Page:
Publisher Website - Raincoast Books/Macmillan
Publisher Social Media - Twitter
Pages - 224 pages
My Rating - 2/5
**received for honest review from the publisher**
Bandmate, best friend or boyfriend? For Ramona, one choice could mean losing them all.Bands, love triangles, and messy complicated relationships are typically a recipe for me to love a book. When I picked up This Song Is (Not) For You, I had high hopes that I would love it. I wanted to love it. Sadly, I could not connect to the story or the characters and ended up not enjoying it as much as I had hoped to.
Ramona and Sam are best friends. She fell for him the moment they met, but their friendship is just too important for her to mess up. Sam loves April, but he would never expect her to feel the same way--she's too quirky and cool for someone like him. Together, they have a band, and put all of their feelings for each other into music.
Then Ramona and Sam meet Tom. He's their band's missing piece, and before Ramona knows it, she's falling for him. But she hasn't fallen out of love with Sam either.
How can she be true to her feelings without breaking up the band?
This novel explores three different points of view. Unfortunately, none of them differentiate from the other. They all, for me, blended together with nothing memorable standing out about any of the characters. This novel, I feel, would have worked better if the focus had been kept on one of the characters. I felt the time spent was too brief to get a clear picture of the characters, and when connecting to the storyline was finally starting to happen, it would rip me out of that narration to throw me into one of the others. It was jarring, and didn't allow the story to flow as naturally as it could have.
I felt that I was told a lot of things, instead of shown. Ramona repeatedly TELLS us how in love she is with both Sam and Tom. We are told of their amazing bond and how Tom brings their band together. We don't really get to see it. We don't feel the connection to the characters or the story and I think a lot of that is due to being told things. We need to feel the emotions with the characters, and that cannot happen if we're not invested.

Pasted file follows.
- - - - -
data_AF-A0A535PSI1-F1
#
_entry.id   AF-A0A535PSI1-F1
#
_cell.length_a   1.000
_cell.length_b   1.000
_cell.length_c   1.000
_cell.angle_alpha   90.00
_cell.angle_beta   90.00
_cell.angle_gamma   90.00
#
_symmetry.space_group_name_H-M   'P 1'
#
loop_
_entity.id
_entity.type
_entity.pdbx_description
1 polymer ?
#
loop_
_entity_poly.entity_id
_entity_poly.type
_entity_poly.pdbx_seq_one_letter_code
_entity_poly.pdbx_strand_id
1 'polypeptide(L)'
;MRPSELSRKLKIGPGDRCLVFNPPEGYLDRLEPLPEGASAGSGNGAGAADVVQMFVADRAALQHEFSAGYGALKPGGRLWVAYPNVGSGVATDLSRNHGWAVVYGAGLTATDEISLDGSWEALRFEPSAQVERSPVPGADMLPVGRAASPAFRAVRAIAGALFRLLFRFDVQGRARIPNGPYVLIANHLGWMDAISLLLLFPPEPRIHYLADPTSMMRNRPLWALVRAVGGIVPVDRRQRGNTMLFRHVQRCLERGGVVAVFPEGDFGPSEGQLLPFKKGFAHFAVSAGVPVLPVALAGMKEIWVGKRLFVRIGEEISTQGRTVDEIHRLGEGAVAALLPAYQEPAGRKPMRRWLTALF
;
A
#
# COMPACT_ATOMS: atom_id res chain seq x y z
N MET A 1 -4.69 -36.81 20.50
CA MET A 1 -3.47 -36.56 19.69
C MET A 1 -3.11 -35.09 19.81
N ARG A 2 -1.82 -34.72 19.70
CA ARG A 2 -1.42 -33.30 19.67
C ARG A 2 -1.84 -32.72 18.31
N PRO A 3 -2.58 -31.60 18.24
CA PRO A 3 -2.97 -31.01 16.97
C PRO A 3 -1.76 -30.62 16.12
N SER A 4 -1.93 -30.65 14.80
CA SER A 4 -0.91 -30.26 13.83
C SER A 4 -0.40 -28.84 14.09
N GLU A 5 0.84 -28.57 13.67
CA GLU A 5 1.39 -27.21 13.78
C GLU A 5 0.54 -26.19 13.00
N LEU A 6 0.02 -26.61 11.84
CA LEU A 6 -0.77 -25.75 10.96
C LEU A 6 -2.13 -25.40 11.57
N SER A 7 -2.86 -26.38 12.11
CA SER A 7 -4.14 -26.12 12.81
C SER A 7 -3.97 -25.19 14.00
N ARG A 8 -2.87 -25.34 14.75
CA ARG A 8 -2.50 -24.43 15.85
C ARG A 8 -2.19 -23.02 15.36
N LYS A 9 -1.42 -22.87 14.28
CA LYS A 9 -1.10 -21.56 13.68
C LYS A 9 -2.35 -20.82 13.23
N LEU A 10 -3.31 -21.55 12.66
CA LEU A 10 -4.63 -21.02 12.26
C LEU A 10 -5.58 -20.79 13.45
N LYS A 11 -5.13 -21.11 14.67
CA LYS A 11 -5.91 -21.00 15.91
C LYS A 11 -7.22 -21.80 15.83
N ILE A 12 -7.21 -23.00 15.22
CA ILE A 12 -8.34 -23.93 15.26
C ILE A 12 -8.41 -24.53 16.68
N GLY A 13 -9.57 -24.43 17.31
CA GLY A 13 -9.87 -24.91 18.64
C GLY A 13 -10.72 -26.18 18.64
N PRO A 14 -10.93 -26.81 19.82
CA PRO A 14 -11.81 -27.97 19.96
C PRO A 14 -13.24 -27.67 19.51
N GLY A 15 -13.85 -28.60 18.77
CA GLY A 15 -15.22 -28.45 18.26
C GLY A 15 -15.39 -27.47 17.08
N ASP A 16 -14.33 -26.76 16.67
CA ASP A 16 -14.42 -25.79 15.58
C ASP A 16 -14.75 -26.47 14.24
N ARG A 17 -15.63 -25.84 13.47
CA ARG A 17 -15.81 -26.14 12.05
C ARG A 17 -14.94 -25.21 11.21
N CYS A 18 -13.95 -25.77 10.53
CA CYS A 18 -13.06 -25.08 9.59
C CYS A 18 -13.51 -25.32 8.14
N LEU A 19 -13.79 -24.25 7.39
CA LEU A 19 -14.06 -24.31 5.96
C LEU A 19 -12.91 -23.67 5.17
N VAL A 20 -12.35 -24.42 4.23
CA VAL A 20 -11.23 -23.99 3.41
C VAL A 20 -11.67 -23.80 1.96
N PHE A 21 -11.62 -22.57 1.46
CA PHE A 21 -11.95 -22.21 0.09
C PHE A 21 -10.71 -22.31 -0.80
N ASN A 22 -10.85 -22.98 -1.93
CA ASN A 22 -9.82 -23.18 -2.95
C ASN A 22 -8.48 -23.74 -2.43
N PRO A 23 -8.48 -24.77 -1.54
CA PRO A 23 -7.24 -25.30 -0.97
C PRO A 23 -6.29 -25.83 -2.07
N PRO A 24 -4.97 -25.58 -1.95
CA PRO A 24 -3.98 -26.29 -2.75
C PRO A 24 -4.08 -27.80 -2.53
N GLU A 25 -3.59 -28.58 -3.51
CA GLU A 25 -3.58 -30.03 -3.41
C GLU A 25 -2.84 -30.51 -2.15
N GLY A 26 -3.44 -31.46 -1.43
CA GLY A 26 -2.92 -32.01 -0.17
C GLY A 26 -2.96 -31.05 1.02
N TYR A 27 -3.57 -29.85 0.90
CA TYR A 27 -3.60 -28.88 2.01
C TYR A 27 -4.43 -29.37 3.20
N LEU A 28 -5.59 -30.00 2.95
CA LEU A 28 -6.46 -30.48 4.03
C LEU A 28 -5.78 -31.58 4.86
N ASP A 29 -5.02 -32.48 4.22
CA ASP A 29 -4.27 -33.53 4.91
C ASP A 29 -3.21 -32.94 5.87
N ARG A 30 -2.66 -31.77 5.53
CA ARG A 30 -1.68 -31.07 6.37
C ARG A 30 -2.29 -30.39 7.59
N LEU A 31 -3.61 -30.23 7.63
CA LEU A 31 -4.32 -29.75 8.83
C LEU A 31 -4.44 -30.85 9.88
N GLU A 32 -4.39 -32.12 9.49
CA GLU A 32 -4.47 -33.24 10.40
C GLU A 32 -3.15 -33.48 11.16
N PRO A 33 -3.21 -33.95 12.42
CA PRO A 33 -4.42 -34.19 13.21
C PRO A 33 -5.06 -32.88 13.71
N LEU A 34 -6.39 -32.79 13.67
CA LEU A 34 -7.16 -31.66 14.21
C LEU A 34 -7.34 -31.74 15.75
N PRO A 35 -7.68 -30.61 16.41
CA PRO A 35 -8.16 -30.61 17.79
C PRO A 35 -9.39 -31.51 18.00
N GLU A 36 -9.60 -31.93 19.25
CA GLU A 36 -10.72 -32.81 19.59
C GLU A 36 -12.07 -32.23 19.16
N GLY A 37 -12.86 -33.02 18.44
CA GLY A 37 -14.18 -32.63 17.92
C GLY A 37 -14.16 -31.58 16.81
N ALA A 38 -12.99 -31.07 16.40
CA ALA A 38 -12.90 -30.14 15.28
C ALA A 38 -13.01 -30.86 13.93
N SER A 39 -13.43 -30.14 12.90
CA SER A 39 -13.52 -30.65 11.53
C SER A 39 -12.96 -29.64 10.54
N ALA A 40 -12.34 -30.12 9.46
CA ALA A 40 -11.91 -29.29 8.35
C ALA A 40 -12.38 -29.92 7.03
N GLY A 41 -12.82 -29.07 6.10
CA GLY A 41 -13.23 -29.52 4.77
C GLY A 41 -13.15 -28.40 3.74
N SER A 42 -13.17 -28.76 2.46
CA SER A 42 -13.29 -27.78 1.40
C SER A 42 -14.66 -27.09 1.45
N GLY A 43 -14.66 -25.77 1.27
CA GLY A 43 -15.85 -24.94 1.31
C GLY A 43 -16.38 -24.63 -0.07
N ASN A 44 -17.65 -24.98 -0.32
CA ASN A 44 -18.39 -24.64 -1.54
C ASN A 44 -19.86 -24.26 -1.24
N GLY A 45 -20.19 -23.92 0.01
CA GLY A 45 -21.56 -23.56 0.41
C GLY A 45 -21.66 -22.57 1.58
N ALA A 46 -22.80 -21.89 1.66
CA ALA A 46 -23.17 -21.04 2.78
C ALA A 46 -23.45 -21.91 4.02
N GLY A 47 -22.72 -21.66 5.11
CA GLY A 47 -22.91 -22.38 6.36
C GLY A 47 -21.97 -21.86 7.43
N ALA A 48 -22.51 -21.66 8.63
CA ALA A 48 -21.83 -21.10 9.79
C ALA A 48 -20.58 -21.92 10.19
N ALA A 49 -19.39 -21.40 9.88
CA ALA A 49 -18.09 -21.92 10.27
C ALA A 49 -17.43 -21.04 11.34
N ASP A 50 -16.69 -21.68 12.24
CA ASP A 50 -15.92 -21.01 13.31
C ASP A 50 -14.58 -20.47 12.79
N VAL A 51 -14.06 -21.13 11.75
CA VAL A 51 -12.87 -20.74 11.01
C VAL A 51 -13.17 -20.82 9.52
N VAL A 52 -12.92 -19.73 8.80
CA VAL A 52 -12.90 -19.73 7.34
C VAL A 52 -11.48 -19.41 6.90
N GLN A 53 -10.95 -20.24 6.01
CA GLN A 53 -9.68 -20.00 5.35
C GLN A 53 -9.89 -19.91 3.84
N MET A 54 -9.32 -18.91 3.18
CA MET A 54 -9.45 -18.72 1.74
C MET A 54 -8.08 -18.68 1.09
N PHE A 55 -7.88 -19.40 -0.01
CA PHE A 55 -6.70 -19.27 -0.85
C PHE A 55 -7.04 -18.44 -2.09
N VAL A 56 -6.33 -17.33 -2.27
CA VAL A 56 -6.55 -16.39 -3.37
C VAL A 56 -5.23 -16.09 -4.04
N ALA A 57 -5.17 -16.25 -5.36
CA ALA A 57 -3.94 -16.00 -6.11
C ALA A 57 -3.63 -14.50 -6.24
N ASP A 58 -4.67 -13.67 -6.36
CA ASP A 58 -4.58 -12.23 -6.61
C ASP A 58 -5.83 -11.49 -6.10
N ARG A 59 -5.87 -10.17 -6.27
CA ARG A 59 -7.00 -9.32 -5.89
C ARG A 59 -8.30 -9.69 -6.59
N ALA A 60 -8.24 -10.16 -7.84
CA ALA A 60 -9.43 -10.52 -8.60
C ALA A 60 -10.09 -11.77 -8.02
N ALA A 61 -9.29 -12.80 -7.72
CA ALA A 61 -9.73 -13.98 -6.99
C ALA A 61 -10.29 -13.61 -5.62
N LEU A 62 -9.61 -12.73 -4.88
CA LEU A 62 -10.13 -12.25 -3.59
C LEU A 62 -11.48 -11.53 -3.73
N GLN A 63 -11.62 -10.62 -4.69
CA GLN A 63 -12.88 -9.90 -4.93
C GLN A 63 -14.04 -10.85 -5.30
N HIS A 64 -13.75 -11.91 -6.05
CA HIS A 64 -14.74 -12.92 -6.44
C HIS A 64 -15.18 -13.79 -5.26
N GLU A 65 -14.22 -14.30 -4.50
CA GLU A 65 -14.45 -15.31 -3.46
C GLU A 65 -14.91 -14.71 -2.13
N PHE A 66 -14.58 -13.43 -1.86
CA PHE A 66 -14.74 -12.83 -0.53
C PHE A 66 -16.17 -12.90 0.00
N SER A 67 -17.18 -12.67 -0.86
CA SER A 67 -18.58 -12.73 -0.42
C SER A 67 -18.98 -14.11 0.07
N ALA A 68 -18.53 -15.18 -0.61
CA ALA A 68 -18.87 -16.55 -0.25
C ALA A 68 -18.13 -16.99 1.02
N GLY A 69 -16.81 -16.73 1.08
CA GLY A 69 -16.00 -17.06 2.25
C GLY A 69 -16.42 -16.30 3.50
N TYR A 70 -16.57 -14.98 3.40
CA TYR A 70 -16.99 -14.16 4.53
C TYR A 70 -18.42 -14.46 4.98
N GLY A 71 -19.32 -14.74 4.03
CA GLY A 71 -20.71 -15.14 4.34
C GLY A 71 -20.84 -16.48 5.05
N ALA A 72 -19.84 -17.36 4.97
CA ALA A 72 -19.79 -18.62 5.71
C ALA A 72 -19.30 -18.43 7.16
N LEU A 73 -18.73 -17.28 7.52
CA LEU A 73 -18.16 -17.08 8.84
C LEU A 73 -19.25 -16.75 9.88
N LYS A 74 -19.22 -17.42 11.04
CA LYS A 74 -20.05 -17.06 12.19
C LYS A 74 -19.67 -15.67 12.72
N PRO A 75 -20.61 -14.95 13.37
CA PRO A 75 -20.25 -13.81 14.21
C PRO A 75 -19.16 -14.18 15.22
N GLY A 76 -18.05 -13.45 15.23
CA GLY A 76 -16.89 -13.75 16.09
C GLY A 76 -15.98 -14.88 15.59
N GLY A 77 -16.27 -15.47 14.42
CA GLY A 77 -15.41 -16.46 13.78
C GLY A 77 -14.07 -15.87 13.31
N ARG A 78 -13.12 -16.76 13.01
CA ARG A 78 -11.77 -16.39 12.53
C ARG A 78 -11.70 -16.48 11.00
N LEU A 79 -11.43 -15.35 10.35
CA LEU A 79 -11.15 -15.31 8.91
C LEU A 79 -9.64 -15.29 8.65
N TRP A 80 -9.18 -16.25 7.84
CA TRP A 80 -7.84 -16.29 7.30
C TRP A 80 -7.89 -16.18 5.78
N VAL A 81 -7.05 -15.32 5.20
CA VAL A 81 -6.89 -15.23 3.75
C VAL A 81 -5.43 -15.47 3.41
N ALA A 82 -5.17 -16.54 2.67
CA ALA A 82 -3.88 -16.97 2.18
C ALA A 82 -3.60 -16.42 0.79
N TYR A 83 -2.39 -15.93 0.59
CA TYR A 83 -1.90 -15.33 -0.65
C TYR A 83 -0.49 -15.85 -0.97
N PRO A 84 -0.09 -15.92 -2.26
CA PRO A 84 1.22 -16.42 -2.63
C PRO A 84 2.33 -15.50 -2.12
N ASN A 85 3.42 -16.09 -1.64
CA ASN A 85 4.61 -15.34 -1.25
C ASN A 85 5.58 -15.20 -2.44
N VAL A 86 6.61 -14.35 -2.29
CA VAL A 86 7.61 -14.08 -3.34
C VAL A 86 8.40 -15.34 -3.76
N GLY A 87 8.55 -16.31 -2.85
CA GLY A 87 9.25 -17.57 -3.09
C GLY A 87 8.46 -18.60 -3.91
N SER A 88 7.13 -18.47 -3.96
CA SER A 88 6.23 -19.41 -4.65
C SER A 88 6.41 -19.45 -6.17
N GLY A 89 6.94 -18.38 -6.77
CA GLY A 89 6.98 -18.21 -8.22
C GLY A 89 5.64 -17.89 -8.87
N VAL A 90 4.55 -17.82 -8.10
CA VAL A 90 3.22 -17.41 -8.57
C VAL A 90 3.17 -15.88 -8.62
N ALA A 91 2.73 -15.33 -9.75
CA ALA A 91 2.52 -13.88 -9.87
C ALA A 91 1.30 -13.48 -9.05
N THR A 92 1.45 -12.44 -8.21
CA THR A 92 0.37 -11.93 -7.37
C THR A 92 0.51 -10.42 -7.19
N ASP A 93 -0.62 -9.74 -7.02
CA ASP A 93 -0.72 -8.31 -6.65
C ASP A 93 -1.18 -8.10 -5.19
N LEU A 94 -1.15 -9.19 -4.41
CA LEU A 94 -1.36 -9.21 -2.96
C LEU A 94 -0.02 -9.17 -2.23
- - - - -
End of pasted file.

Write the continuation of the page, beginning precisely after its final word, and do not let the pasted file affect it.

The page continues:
The novel begins to deal with asexuality, but stops short of following through on this unique premise. It could have a fascinating story element to explore and expand upon, but it felt like footnote that missed all of the potential it held. The core of this story is three high school students finding themselves, and starting down a path to the future which may or may not include the band for some of them. This could have been used to create some excellent tension and been the central focus of the story. It would have allowed a nice look at growing up and changing in the time between who you are at the start of high school versus who you are at the end. Instead, for me, it felt like all these little pieces of potential were put into the story and left unexplored or fulfilled.
The ending is an abrupt ending. One that offers up it's own version of a happy ending that doesn't feel natural to the story. This is mainly because of the unresolved, and untapped story potential. It felt like things were tied together for the sake of a happy ending, without having the conversations that would reasonably happen with the reveals in this novel. Life isn't perfect, and neither are these characters, and it felt untrue to have it end the way it did (again, at least for me).
There are moments in this novel that do shine brightly, and plenty of potential. Even with that, this book ended up, sadly, not being for me. The voices were not distinct from each other, and while plenty of the storylines showed promise, that promise never quite felt followed through for me. This is a case where the idea was fantastic, but the execution was just not something I personally enjoyed.